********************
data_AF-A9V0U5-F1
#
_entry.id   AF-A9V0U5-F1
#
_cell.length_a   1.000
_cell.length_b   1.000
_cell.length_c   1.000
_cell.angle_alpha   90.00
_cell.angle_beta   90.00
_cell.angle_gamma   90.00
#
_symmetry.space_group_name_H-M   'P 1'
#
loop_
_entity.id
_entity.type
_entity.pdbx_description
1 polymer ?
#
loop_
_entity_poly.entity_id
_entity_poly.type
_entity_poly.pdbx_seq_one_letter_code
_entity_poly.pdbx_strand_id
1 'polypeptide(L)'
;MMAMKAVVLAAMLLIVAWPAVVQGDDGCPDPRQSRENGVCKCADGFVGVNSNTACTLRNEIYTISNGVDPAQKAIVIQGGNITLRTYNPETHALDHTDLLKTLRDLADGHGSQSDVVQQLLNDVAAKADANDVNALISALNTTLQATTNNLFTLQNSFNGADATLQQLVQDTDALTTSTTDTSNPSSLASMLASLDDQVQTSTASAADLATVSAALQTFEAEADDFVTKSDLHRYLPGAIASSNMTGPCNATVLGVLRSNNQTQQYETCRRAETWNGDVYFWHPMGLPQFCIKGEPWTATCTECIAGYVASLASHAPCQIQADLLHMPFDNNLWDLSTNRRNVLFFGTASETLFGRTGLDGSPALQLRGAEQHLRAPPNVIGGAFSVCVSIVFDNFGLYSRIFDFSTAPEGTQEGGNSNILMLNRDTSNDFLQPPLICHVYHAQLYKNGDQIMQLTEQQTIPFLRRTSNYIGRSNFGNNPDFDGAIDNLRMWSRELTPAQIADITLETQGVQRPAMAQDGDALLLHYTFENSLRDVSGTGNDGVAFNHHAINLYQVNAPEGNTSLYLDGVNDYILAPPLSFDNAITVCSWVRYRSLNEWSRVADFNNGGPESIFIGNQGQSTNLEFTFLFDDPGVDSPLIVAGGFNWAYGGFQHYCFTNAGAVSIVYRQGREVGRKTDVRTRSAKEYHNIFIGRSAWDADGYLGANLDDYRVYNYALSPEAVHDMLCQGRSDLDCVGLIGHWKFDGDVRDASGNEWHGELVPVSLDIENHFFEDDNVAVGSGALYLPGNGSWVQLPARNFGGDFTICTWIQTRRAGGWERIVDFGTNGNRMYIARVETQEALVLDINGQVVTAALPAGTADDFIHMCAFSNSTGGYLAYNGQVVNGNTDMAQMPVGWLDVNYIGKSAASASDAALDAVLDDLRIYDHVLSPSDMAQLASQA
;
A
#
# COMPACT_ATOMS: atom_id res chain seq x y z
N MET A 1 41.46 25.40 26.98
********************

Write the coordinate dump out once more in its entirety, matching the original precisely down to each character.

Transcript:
data_AF-A9V0U5-F1
#
_entry.id   AF-A9V0U5-F1
#
_cell.length_a   1.000
_cell.length_b   1.000
_cell.length_c   1.000
_cell.angle_alpha   90.00
_cell.angle_beta   90.00
_cell.angle_gamma   90.00
#
_symmetry.space_group_name_H-M   'P 1'
#
loop_
_entity.id
_entity.type
_entity.pdbx_description
1 polymer ?
#
loop_
_entity_poly.entity_id
_entity_poly.type
_entity_poly.pdbx_seq_one_letter_code
_entity_poly.pdbx_strand_id
1 'polypeptide(L)'
;MMAMKAVVLAAMLLIVAWPAVVQGDDGCPDPRQSRENGVCKCADGFVGVNSNTACTLRNEIYTISNGVDPAQKAIVIQGGNITLRTYNPETHALDHTDLLKTLRDLADGHGSQSDVVQQLLNDVAAKADANDVNALISALNTTLQATTNNLFTLQNSFNGADATLQQLVQDTDALTTSTTDTSNPSSLASMLASLDDQVQTSTASAADLATVSAALQTFEAEADDFVTKSDLHRYLPGAIASSNMTGPCNATVLGVLRSNNQTQQYETCRRAETWNGDVYFWHPMGLPQFCIKGEPWTATCTECIAGYVASLASHAPCQIQADLLHMPFDNNLWDLSTNRRNVLFFGTASETLFGRTGLDGSPALQLRGAEQHLRAPPNVIGGAFSVCVSIVFDNFGLYSRIFDFSTAPEGTQEGGNSNILMLNRDTSNDFLQPPLICHVYHAQLYKNGDQIMQLTEQQTIPFLRRTSNYIGRSNFGNNPDFDGAIDNLRMWSRELTPAQIADITLETQGVQRPAMAQDGDALLLHYTFENSLRDVSGTGNDGVAFNHHAINLYQVNAPEGNTSLYLDGVNDYILAPPLSFDNAITVCSWVRYRSLNEWSRVADFNNGGPESIFIGNQGQSTNLEFTFLFDDPGVDSPLIVAGGFNWAYGGFQHYCFTNAGAVSIVYRQGREVGRKTDVRTRSAKEYHNIFIGRSAWDADGYLGANLDDYRVYNYALSPEAVHDMLCQGRSDLDCVGLIGHWKFDGDVRDASGNEWHGELVPVSLDIENHFFEDDNVAVGSGALYLPGNGSWVQLPARNFGGDFTICTWIQTRRAGGWERIVDFGTNGNRMYIARVETQEALVLDINGQVVTAALPAGTADDFIHMCAFSNSTGGYLAYNGQVVNGNTDMAQMPVGWLDVNYIGKSAASASDAALDAVLDDLRIYDHVLSPSDMAQLASQA
;
A
#
# COMPACT_ATOMS: atom_id res chain seq x y z
N MET A 1 41.46 25.40 26.98